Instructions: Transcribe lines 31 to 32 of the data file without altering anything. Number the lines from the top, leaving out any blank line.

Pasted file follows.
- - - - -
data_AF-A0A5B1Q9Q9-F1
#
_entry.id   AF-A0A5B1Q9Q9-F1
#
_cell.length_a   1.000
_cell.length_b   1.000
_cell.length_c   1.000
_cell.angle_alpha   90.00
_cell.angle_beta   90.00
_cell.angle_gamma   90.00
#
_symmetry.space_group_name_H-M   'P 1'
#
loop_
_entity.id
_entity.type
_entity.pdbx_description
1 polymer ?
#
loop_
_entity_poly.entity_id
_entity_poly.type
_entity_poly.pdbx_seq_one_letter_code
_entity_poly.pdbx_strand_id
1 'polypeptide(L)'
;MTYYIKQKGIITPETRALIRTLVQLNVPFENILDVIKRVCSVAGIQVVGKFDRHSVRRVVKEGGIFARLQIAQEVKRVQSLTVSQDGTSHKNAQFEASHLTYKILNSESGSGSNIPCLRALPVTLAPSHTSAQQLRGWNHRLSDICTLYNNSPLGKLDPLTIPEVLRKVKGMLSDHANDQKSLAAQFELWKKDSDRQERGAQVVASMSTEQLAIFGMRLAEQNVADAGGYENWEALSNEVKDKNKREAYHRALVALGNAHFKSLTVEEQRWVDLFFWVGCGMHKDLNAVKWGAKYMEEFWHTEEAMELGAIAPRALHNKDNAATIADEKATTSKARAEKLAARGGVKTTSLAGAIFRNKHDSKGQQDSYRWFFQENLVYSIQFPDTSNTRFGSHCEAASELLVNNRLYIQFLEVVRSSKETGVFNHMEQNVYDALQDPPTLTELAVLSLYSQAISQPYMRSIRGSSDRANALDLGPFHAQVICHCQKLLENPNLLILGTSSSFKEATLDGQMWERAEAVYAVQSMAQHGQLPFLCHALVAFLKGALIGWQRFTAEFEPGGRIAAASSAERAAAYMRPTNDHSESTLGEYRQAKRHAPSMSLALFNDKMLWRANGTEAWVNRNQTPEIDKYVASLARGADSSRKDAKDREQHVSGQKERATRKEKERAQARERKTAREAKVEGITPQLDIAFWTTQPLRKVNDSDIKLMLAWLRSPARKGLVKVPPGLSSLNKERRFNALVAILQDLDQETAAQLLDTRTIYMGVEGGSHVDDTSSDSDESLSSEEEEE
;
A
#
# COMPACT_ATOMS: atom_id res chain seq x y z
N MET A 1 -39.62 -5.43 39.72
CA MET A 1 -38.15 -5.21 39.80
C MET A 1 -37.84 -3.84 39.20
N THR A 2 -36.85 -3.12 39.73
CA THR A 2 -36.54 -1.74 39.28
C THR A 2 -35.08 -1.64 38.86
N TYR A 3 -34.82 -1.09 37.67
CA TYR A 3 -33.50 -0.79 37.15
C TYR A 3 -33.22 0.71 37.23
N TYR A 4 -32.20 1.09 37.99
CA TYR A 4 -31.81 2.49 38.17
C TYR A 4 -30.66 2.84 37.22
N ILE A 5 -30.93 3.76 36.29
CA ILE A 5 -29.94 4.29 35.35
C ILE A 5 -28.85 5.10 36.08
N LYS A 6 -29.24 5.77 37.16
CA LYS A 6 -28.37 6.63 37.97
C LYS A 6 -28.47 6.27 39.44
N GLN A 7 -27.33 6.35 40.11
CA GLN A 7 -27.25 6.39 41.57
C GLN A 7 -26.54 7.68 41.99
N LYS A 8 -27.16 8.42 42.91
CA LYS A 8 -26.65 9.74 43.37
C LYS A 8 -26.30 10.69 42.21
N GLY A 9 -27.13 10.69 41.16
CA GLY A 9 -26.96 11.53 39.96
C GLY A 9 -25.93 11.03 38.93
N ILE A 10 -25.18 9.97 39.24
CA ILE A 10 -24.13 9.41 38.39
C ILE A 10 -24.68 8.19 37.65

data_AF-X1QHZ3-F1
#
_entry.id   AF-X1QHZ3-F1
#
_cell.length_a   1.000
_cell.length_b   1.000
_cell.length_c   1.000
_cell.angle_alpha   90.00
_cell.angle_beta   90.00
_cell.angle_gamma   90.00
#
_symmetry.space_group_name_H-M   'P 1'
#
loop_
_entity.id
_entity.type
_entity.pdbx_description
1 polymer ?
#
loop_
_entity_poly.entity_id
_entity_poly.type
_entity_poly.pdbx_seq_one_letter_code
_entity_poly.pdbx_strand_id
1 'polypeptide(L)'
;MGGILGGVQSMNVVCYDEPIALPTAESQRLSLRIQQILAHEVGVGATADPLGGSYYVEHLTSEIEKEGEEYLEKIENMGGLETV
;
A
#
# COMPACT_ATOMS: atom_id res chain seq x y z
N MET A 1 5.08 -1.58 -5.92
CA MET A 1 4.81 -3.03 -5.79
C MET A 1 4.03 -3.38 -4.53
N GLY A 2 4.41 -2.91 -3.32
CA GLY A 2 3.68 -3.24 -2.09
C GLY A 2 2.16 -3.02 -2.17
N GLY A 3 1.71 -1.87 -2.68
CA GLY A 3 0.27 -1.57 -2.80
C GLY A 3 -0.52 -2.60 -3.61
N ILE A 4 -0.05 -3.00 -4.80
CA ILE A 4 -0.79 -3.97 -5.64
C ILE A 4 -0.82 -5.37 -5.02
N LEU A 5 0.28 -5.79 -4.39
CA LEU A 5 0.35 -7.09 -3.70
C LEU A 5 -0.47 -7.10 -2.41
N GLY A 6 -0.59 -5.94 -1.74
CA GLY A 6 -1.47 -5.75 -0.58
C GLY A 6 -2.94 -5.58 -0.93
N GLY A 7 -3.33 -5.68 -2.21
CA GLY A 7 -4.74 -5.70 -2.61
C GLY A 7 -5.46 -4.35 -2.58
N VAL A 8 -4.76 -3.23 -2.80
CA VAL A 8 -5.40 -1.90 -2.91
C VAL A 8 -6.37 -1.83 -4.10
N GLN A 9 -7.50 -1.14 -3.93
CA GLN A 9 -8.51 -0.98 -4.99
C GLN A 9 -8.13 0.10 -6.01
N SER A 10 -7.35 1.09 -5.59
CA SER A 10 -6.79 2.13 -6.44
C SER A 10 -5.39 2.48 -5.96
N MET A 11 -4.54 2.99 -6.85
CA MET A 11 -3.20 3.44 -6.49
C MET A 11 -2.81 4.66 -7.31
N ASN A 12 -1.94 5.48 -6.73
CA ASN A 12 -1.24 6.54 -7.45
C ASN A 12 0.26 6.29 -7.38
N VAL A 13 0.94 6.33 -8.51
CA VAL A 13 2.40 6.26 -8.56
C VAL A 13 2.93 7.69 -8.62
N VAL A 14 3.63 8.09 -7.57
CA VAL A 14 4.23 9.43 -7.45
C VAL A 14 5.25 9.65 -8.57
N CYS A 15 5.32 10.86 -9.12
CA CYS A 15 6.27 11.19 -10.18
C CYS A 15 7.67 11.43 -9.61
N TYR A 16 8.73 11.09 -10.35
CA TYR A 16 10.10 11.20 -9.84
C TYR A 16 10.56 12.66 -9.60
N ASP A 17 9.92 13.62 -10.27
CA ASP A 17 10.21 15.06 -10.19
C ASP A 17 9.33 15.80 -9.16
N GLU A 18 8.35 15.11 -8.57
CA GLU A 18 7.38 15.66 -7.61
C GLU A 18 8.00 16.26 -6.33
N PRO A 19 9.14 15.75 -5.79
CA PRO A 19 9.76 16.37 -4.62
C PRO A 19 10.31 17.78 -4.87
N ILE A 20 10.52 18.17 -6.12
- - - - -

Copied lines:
N MET A 1 -39.62 -5.43 39.72
CA MET A 1 -38.15 -5.21 39.80